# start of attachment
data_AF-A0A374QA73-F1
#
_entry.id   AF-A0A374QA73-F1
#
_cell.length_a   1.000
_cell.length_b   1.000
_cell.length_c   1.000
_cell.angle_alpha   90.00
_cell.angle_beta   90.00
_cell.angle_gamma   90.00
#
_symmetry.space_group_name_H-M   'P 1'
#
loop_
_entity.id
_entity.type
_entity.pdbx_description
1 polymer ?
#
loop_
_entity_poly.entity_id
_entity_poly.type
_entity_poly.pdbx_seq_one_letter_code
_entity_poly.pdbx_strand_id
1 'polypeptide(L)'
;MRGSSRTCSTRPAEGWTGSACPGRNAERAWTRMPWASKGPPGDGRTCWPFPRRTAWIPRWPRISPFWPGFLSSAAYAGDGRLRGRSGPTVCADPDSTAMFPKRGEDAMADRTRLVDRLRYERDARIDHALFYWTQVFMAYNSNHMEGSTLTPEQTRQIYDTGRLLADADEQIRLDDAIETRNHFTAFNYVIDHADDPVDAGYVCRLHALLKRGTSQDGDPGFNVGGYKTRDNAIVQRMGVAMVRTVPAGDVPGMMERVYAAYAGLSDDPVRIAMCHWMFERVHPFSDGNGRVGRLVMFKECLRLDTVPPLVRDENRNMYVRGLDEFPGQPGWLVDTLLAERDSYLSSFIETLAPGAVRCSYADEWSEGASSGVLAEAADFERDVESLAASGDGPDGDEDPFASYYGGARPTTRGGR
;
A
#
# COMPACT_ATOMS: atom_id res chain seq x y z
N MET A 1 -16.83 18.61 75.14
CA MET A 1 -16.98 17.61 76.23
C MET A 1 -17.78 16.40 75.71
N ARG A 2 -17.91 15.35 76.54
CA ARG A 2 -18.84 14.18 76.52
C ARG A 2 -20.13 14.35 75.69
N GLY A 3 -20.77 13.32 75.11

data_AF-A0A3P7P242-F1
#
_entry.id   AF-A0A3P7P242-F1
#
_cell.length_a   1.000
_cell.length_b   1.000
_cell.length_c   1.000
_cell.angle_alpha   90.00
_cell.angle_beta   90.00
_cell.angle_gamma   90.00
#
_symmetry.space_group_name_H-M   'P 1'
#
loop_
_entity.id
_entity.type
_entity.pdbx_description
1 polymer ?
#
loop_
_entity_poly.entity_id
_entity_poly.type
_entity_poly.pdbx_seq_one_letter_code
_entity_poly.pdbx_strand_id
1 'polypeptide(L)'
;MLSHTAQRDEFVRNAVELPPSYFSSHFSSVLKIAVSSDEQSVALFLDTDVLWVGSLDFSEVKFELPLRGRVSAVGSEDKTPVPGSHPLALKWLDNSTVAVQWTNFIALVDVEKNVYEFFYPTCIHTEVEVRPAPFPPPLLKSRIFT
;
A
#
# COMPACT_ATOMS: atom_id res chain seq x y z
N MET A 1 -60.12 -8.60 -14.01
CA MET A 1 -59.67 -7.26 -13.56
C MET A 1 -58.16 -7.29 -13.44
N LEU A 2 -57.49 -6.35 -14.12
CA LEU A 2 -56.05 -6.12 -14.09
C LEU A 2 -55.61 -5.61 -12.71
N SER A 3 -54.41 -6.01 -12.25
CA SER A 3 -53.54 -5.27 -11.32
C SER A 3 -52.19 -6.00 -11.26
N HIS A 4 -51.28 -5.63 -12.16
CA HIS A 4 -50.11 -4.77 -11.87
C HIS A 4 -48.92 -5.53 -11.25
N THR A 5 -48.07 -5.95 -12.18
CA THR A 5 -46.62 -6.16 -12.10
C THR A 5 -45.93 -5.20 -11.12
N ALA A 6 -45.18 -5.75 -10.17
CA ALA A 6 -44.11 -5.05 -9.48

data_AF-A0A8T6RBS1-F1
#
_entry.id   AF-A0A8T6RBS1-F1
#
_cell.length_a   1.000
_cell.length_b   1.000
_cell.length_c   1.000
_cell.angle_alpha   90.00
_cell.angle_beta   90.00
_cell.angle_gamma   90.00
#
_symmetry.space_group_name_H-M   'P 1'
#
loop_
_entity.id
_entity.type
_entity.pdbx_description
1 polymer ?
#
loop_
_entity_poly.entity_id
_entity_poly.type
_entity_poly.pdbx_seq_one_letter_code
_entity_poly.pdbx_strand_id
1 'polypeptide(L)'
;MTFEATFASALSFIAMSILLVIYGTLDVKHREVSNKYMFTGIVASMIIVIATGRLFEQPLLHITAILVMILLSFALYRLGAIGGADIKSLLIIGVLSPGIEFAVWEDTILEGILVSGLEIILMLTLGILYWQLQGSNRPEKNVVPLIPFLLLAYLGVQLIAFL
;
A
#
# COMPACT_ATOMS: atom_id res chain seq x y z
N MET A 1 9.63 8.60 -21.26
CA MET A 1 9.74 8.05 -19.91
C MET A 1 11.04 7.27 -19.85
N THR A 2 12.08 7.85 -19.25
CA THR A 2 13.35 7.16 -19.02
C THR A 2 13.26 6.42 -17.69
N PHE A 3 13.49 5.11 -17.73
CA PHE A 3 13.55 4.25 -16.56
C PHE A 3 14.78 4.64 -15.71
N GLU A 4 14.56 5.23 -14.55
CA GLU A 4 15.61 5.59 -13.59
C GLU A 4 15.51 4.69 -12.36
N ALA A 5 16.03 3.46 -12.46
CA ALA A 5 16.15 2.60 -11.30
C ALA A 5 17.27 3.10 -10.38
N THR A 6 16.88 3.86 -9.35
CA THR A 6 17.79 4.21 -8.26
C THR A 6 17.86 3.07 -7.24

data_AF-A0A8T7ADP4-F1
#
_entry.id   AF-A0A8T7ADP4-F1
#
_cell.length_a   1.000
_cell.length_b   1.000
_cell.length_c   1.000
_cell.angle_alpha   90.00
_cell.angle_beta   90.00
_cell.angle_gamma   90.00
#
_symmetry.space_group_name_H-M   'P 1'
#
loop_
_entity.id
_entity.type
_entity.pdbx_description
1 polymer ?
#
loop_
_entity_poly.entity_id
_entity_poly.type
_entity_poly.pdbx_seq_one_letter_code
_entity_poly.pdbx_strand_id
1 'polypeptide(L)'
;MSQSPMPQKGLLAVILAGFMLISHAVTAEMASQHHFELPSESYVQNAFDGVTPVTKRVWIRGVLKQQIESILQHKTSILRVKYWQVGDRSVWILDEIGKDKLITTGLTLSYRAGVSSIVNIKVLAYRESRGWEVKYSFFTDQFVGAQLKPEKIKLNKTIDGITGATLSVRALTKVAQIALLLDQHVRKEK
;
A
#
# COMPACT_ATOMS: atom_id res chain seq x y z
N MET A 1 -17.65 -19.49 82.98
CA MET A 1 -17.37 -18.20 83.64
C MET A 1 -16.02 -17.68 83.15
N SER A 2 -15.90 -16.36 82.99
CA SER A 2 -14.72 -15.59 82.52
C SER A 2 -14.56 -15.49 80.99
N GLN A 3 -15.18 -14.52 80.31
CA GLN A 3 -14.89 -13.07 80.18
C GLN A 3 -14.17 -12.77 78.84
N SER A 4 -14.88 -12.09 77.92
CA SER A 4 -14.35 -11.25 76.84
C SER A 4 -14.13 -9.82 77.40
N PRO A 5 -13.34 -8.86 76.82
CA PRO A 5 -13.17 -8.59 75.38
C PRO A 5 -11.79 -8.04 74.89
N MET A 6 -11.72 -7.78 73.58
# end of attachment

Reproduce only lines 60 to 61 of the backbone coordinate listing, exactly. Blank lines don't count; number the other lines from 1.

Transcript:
_entity_poly.pdbx_seq_one_letter_code
_entity_poly.pdbx_strand_id